Nicene and Ante-Nicene Fathers, Ser. II, Vol. XI:Early Church Fathers Index Previous Next
The Works of John Cassian.: Chapter XIII. The reason why they are not allowed to go to sleep after the night service.
The reason why they are not allowed to go to sleep after the night service. 705
And these labours they keep up for two reasons, besides this consideration,—that they believe that when they are diligently exerting themselves they are offering to God a sacrifice of the fruit of their hands. And, if we are aiming at perfection; we also ought to observe this with the same diligence. First, lest our envious adversary, jealous of our purity against which he is always plotting, and ceaselessly hostile to us, should by some illusion in a dream pollute the purity which has been gained by the Psalms and prayers of the night: for after that satisfaction which we have offered for our negligence and ignorance, and the absolution implored with profuse sighs in our confession, he anxiously tries, if he finds some time given to repose, to defile us; then above all endeavouring to overthrow and weaken our trust in God when he sees by the purity of our prayers that we are making most fervent efforts towards God: so that sometimes, when he has been unable to injure some the whole night long, he does his utmost to disgrace them in that short hour. Secondly, because, even if no such dreaded illusion of the devil arises, even a pure sleep in the interval produces laziness in the case of the monk who ought soon to wake up; and, bringing on a sluggish torpor in the mind, it dulls his vigour throughout the whole day, and deadens that keenness p. 211 of perception and exhausts that energy 706 of heart which would be capable of keeping us all day long more watchful against all the snares of the enemy and more robust. Wherefore to the Canonical Vigils there are added these private watchings, and they submit to them with the greater care, both in order that the purity which has been gained by Psalms and prayers may not be lost, and also that a more intense carefulness to guard us diligently through the day may be secured beforehand by the meditation of the night.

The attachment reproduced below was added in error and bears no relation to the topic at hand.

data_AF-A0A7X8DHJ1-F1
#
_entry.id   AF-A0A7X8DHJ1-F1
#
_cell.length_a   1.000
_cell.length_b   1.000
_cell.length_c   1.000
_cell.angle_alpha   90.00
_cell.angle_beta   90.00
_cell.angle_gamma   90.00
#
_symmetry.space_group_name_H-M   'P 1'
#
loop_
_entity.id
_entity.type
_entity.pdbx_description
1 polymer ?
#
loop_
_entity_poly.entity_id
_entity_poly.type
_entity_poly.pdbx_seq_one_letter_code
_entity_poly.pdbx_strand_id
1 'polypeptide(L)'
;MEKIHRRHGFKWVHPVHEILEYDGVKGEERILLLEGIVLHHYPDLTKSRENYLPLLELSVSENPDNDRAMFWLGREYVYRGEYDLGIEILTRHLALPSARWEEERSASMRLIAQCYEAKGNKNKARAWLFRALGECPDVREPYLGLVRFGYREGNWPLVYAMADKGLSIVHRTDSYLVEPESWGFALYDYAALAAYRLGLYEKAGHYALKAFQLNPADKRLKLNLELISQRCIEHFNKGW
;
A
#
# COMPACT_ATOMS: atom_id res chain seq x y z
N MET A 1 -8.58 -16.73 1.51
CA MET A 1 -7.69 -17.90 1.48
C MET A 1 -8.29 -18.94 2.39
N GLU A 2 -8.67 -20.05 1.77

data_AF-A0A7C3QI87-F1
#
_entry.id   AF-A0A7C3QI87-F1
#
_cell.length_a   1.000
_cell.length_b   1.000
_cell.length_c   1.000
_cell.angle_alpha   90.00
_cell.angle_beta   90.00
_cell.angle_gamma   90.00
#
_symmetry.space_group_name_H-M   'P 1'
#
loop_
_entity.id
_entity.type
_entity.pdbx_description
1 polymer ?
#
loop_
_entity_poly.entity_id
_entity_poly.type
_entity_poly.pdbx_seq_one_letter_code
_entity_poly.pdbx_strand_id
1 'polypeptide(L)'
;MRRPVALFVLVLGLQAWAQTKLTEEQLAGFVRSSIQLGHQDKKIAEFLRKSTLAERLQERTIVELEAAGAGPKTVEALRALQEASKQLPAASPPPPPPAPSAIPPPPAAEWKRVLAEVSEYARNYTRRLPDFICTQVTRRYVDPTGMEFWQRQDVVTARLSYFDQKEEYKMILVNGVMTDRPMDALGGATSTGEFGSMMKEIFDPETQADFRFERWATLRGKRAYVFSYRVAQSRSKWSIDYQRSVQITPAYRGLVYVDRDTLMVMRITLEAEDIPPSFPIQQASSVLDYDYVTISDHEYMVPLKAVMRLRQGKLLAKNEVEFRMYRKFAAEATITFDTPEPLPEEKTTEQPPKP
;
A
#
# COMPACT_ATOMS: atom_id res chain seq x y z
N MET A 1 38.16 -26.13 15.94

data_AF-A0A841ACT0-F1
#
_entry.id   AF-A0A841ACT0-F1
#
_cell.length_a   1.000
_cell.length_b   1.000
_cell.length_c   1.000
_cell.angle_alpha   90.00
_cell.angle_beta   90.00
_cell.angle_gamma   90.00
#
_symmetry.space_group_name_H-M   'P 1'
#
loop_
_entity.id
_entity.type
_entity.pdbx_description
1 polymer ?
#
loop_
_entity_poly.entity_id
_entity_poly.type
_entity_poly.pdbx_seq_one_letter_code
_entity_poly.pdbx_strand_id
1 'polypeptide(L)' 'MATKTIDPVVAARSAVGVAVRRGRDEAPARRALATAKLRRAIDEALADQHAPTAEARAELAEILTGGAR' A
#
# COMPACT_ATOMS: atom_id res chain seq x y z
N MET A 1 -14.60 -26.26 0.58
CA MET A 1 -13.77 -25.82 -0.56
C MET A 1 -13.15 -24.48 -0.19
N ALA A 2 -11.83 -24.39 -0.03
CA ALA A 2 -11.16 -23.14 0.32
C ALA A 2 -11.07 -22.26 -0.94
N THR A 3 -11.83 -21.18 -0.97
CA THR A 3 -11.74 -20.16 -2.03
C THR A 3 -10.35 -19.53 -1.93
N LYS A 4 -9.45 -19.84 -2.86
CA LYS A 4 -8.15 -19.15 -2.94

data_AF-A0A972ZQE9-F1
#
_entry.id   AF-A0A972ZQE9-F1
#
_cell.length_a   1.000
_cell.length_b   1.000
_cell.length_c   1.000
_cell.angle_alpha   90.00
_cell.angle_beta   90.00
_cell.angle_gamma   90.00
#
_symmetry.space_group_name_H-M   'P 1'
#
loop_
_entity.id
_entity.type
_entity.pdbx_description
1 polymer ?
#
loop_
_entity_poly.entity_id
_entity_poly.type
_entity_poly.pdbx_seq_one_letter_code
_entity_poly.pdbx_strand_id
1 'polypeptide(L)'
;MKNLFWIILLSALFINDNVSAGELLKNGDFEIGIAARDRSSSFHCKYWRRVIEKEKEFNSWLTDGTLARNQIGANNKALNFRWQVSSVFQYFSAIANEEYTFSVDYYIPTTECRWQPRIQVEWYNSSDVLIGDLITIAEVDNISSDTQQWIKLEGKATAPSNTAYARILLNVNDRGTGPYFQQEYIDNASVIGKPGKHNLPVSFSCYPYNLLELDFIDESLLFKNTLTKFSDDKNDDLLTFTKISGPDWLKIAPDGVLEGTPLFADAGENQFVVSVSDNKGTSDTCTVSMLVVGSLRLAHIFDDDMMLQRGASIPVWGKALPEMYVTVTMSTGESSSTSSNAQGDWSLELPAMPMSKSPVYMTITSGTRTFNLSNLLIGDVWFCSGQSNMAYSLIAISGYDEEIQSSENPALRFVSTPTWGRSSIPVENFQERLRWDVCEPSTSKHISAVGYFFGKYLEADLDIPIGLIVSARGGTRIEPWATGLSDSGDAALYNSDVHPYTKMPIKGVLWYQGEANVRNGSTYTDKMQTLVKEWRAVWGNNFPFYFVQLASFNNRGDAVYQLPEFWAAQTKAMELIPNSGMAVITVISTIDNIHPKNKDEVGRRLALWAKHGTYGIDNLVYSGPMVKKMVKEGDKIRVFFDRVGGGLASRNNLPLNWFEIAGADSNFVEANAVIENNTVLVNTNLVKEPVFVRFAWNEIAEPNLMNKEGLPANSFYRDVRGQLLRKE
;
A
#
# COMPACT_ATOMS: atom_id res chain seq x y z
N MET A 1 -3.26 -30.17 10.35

Missæ. The use of this word for the offices of the Canonical Hours, though not common, is found also in the Thirtieth Canon of the Council of Agde, a.d. 506. “At the end of the morning and evening missœ, after the hymns, let the little chapters from the Psalms be said.”211:706
Next: Chapter XIV. Of the way in which they devote themselves in their cells equally to manual labour and to prayer.
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